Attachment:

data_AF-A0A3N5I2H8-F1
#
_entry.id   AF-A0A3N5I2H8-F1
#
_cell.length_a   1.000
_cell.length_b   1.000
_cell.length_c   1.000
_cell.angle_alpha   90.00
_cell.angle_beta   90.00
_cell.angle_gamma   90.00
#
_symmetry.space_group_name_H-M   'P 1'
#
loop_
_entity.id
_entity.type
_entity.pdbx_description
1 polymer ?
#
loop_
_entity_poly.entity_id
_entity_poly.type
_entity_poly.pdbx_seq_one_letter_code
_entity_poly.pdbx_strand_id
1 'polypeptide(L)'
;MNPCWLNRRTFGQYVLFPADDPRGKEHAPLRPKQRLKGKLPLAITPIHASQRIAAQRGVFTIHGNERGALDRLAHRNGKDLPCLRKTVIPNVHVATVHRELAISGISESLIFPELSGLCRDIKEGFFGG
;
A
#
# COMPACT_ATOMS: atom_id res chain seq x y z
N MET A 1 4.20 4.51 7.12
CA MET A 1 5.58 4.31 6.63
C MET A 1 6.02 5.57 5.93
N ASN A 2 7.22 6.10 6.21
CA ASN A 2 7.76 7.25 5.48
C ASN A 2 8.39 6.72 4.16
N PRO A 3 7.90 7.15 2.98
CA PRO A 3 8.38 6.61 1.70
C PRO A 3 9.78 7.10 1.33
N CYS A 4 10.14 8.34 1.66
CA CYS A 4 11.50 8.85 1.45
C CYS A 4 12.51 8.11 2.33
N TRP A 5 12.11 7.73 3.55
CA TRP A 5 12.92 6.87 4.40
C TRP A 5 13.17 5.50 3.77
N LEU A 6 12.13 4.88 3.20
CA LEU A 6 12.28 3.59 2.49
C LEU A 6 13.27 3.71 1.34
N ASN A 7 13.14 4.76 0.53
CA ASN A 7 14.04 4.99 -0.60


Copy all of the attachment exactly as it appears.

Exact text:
data_AF-A0A3N5I2H8-F1
#
_entry.id   AF-A0A3N5I2H8-F1
#
_cell.length_a   1.000
_cell.length_b   1.000
_cell.length_c   1.000
_cell.angle_alpha   90.00
_cell.angle_beta   90.00
_cell.angle_gamma   90.00
#
_symmetry.space_group_name_H-M   'P 1'
#
loop_
_entity.id
_entity.type
_entity.pdbx_description
1 polymer ?
#
loop_
_entity_poly.entity_id
_entity_poly.type
_entity_poly.pdbx_seq_one_letter_code
_entity_poly.pdbx_strand_id
1 'polypeptide(L)'
;MNPCWLNRRTFGQYVLFPADDPRGKEHAPLRPKQRLKGKLPLAITPIHASQRIAAQRGVFTIHGNERGALDRLAHRNGKDLPCLRKTVIPNVHVATVHRELAISGISESLIFPELSGLCRDIKEGFFGG
;
A
#
# COMPACT_ATOMS: atom_id res chain seq x y z
N MET A 1 4.20 4.51 7.12
CA MET A 1 5.58 4.31 6.63
C MET A 1 6.02 5.57 5.93
N ASN A 2 7.22 6.10 6.21
CA ASN A 2 7.76 7.25 5.48
C ASN A 2 8.39 6.72 4.16
N PRO A 3 7.90 7.15 2.98
CA PRO A 3 8.38 6.61 1.70
C PRO A 3 9.78 7.10 1.33
N CYS A 4 10.14 8.34 1.66
CA CYS A 4 11.50 8.85 1.45
C CYS A 4 12.51 8.11 2.33
N TRP A 5 12.11 7.73 3.55
CA TRP A 5 12.92 6.87 4.40
C TRP A 5 13.17 5.50 3.77
N LEU A 6 12.13 4.88 3.20
CA LEU A 6 12.28 3.59 2.49
C LEU A 6 13.27 3.71 1.34
N ASN A 7 13.14 4.76 0.53
CA ASN A 7 14.04 4.99 -0.60